I like to use the ham hocks as a measure; when they're falling apart and fork-tender, you know your green beans are done and full of flavor!
Full ingredients, measurements, and printable instructions are in the recipe card at the bottom of this post.
We're only using a handful of ingredients in these old-fashioned southern green beans, but all of them together make a delicious side dish, so don't skip them!
Fresh Green Beans. Science has mostly bred the strings out of string beans now but you can use either string or pole beans.
Your local grocery store should keep fresh green beans loose or in large pre-packaged bags in the refrigerated produce section. I've even seen them come pre-snapped in those bags!
Garlic and Onions. Some like fresh garlic and sauteed onion in their potlikker. I don't, it's just a preference. I use garlic powder and onion powder or minced and dried. They give you so much flavor without your kids refusing to eat them because they see a big ole chunk of onion on their plate.
Kosher Salt and Black Pepper.
Meat. A smoked piece of meat is quintessential to your southern style green beans. It just won't taste the same without something in there. You can use smoked turkey necks or wings, thick-cut bacon, or ham hock.
I personally use ham hock. It's what I grew up on. What's ham hock? It's the shank or ankle of a pig that has been smoked. You can also find it called 'pork knuckle' in certain regions.
Broth. The traditional is chicken broth (homemade chicken broth recipe here!), but vegetable broth can be substituted.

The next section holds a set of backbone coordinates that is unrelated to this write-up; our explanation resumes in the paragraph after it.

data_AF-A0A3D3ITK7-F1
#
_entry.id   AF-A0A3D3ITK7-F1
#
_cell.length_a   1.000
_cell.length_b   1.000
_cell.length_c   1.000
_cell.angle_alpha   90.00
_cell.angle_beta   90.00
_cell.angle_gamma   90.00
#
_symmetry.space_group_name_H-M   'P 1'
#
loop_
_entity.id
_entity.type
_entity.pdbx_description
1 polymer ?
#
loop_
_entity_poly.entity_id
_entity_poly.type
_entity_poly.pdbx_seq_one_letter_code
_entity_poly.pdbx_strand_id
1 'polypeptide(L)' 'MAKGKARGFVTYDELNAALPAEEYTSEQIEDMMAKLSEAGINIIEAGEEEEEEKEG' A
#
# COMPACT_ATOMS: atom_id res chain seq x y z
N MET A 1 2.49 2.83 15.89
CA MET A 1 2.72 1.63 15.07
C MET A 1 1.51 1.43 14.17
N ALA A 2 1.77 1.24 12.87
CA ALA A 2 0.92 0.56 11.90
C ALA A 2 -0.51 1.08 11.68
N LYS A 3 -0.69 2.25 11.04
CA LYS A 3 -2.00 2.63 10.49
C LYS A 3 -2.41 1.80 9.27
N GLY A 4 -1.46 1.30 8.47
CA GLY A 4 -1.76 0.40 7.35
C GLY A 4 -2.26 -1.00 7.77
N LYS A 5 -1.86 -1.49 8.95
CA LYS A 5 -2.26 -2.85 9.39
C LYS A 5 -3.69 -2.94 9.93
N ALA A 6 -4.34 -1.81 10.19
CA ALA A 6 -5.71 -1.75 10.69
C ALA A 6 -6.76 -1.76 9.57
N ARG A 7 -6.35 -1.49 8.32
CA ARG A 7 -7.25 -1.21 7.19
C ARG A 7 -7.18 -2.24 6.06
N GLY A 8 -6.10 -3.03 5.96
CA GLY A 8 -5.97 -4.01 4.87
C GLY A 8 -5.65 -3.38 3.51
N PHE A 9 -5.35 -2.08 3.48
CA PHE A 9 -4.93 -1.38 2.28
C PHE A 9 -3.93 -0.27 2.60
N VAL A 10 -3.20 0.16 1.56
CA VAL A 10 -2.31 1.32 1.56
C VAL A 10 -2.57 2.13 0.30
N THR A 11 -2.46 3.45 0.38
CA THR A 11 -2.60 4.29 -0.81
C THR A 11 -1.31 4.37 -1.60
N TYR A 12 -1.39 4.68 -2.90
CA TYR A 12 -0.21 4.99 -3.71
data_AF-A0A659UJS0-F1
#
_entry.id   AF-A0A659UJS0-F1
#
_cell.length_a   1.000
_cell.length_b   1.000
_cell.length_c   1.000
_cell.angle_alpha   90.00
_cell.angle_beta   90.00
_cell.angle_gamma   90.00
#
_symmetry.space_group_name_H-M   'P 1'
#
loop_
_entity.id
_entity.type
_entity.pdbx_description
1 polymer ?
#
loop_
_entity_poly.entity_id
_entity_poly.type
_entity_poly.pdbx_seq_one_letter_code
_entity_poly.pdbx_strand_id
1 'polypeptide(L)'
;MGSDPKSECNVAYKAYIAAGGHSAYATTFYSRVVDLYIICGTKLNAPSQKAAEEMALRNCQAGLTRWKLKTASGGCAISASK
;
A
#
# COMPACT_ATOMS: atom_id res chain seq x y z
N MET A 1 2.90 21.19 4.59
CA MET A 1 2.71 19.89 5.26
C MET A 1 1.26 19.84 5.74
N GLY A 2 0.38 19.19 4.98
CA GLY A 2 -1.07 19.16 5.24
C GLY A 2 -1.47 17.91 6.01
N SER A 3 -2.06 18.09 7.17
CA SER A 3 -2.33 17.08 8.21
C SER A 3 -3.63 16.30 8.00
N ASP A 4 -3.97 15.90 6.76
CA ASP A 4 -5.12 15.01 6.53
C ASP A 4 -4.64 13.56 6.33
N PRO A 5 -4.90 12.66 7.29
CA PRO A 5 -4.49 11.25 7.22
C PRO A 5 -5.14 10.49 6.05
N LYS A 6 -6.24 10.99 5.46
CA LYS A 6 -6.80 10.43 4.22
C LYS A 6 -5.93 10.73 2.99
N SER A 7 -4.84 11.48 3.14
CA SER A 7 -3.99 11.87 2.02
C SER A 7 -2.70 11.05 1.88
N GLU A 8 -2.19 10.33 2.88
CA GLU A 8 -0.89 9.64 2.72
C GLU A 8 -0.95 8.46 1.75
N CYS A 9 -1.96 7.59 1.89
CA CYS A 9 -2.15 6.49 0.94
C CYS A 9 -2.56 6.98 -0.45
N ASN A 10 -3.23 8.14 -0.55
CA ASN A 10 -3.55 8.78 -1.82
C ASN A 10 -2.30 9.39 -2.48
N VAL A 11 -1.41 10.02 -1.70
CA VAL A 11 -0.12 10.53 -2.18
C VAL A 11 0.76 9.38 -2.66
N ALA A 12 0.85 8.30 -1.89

Red Pepper Flakes or Cayenne Pepper. Optional, but I like the slightly spicy kick it adds.
A splash of red wine vinegar or white vinegar. The acidity cuts the richness and adds a contrast to the meatiness.
Make Ahead of Time Instructions, Freezing, and Storing
Preparing your old fashioned southern green beans before a big feast like Thanksgiving is a breeze. These green beans stay in your fridge for up to 7 days when stored correctly in an airtight container inside your fridge (not the door). Store the beans and meat in the broth to keep them from drying out.
To freeze the leftover green beans, add about 2-4 servings each into gallon sized, freezer-safe, zip-top bags. Freeze them as flat as you can, this helps them thaw faster.
Thaw your southern green beans in the fridge overnight.
To reheat for serving, you can nuke it in the microwave for a few minutes until everything is heated through. You can also put all of it into a large saucepan or large Dutch oven and warm on the stove top over medium heat until hot.
Put them in a serving dish when ready to eat with just enough liquid from their storage to keep them from drying out.